House Democrats drop effort to pass controversial ‘COVID-19 Hate Crimes Act’

Concerns about anti-Asian bias have spiked throughout the COVID-19 pandemic, including claims by some critics that former President Donald Trump’s reference to phrases like “Wuhan virus” and “Chinese virus” hinged on racism.

The debate led to a proposal by Democrats of the “COVID-19 Hate Crimes Act,” a bill that drew swift backlash from the right for representing an overreaction and was subsequently dropped by its sponsors on Capitol Hill.

“He has pulled this”

According to the Daily Caller, House Judiciary Committee Chairman Jerry Nadler (D-NY) quietly gave up on the sweeping legislative plan this week.

U.S. Rep. Thomas Massie (R-KY) announced on Tuesday that Nadler tabled the bill during a committee meeting.

Although no official reason for the decision was announced, Massie believes some Democrats came to understand how over-the-top its provisions truly were.

“Judiciary Committee just gaveled in,” the Kentucky Republican tweeted. “Chairman Nadler announced he has pulled this and the other hate crime bill from consideration today. Perhaps some of the Democrats realized how ridiculous this bill is.”

In a series of subsequent tweets, Massie pointed out the perceived flaws within the bill, rhetorically asking why certain geographically based descriptors were perfectly acceptable while others were deemed racist or xenophobic.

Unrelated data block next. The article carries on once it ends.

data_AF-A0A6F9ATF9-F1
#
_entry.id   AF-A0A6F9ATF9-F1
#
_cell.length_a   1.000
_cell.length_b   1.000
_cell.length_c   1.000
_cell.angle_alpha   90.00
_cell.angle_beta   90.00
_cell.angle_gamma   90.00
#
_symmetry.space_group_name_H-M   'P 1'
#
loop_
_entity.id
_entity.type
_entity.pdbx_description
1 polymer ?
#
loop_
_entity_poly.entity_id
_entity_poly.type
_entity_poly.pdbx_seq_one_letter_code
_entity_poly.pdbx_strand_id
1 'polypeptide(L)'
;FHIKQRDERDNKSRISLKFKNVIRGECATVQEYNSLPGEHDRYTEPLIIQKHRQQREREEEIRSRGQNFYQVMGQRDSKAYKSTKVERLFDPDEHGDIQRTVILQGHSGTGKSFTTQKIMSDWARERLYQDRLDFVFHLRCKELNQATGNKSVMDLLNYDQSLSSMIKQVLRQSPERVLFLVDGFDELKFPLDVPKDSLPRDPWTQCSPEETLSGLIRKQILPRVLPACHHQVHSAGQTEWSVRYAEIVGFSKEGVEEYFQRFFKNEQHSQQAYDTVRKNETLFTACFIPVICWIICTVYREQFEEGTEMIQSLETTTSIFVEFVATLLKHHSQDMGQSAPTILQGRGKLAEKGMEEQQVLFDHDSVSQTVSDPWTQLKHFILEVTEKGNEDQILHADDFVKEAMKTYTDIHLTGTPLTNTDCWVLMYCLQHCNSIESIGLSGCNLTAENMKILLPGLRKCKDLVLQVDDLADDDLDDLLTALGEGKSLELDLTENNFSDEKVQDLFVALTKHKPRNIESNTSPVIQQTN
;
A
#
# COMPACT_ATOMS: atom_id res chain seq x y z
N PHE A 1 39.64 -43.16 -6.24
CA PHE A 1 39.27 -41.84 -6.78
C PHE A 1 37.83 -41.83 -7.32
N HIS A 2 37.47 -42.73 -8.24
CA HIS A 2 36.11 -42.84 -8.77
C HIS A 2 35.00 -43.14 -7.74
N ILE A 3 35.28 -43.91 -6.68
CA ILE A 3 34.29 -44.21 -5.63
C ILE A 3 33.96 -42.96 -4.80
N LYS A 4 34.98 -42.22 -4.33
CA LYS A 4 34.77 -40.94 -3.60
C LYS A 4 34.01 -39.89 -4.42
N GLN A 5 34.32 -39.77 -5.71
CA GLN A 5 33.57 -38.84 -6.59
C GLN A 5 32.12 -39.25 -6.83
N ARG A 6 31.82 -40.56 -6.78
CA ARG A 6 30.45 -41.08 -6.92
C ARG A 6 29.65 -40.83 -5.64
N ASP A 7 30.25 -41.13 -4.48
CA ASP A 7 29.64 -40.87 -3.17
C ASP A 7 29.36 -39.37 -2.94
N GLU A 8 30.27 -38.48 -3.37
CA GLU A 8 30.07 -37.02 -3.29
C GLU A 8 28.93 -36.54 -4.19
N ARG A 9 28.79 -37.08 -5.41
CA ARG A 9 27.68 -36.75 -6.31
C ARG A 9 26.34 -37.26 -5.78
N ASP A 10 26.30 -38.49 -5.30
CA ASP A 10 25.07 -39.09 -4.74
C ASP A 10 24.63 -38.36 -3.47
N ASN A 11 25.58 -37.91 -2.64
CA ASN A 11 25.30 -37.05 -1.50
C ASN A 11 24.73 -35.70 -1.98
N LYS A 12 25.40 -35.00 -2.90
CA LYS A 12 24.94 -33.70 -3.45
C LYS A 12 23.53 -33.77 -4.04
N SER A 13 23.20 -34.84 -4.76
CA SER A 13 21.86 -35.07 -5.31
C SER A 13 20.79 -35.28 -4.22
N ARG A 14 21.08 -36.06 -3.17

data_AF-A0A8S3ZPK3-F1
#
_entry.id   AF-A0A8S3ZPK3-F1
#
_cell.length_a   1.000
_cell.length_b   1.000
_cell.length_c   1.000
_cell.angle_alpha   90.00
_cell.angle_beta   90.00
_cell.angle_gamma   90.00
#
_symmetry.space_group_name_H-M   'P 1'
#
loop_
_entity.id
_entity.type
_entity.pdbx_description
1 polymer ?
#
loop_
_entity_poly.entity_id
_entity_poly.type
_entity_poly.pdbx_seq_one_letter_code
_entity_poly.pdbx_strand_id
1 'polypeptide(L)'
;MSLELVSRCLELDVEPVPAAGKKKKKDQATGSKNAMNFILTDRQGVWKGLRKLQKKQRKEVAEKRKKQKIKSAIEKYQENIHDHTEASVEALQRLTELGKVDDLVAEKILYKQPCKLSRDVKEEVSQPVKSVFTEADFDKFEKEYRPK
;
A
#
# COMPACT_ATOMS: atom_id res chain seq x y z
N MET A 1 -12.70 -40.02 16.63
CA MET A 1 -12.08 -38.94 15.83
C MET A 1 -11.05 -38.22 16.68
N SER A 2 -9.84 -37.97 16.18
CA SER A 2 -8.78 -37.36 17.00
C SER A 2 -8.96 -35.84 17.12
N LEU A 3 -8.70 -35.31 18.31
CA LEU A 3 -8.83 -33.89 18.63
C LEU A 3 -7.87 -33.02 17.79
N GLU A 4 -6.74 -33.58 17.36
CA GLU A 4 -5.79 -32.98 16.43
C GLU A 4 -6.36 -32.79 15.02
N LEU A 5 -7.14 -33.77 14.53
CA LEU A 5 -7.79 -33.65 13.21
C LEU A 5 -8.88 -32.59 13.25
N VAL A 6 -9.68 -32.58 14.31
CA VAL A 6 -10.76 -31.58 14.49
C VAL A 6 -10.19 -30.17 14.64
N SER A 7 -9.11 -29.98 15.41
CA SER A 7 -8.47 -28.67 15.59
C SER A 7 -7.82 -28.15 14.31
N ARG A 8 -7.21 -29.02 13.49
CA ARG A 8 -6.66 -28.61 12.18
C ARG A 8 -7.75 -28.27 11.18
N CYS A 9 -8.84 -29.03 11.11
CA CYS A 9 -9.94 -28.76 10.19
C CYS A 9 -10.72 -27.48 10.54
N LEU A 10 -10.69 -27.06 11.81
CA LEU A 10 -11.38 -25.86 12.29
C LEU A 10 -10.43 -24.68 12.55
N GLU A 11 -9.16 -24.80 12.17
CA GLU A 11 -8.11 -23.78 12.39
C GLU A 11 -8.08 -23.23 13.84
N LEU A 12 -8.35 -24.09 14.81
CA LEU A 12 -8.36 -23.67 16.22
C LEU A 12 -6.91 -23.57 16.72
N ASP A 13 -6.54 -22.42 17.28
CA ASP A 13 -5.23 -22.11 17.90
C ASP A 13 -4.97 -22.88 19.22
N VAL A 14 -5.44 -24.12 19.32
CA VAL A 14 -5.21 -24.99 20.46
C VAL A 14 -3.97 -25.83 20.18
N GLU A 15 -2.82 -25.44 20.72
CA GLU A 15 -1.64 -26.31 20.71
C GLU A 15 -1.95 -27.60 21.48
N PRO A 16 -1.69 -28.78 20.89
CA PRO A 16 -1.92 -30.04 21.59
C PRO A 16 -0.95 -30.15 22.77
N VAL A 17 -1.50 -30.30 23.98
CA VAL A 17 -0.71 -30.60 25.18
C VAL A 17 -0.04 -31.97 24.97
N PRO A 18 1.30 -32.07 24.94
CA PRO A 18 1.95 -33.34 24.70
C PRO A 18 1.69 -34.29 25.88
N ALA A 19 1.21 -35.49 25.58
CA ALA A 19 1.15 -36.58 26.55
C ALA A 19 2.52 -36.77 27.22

“Culturally competent and linguistically appropriate”

“The end of page 3 is to codify the political correctness that has run amuck in this country,” he wrote alongside an image of the proposal. “Why can you say ‘UK strain’ and ‘South African strain,’ yet ‘Wuhan virus’ is forbidden?”

Massie went on to call the bill “insanity,” noting that it also included harsh language regarding Americans who choose not to wear a facemask in public spaces.

The bill demanded that “culturally competent and linguistically appropriate public education campaigns” be expanded along with a form of online reporting created with the apparent goal of housing complaints against those who use unapproved terms to describe the virus and related topics.

Also included in the bill was a mandate for federal officials like the secretary of Health and Human Services and the U.S. attorney general to “issue guidance describing best practices to mitigate racially discriminatory language in describing the COVID-19 pandemic.”

Last month, White House press secretary Jen Psaki echoed the administration’s aggressive stance against Trump’s use of such terms, declaring: “I think there’s no question that some of the damaging that we saw during the prior administration blaming — calling COVID the Wuhan virus or other things — led to perceptions of the Asian-American community that are inaccurate, unfair, have raised threatening — have elevated threats against Asian-Americans.”

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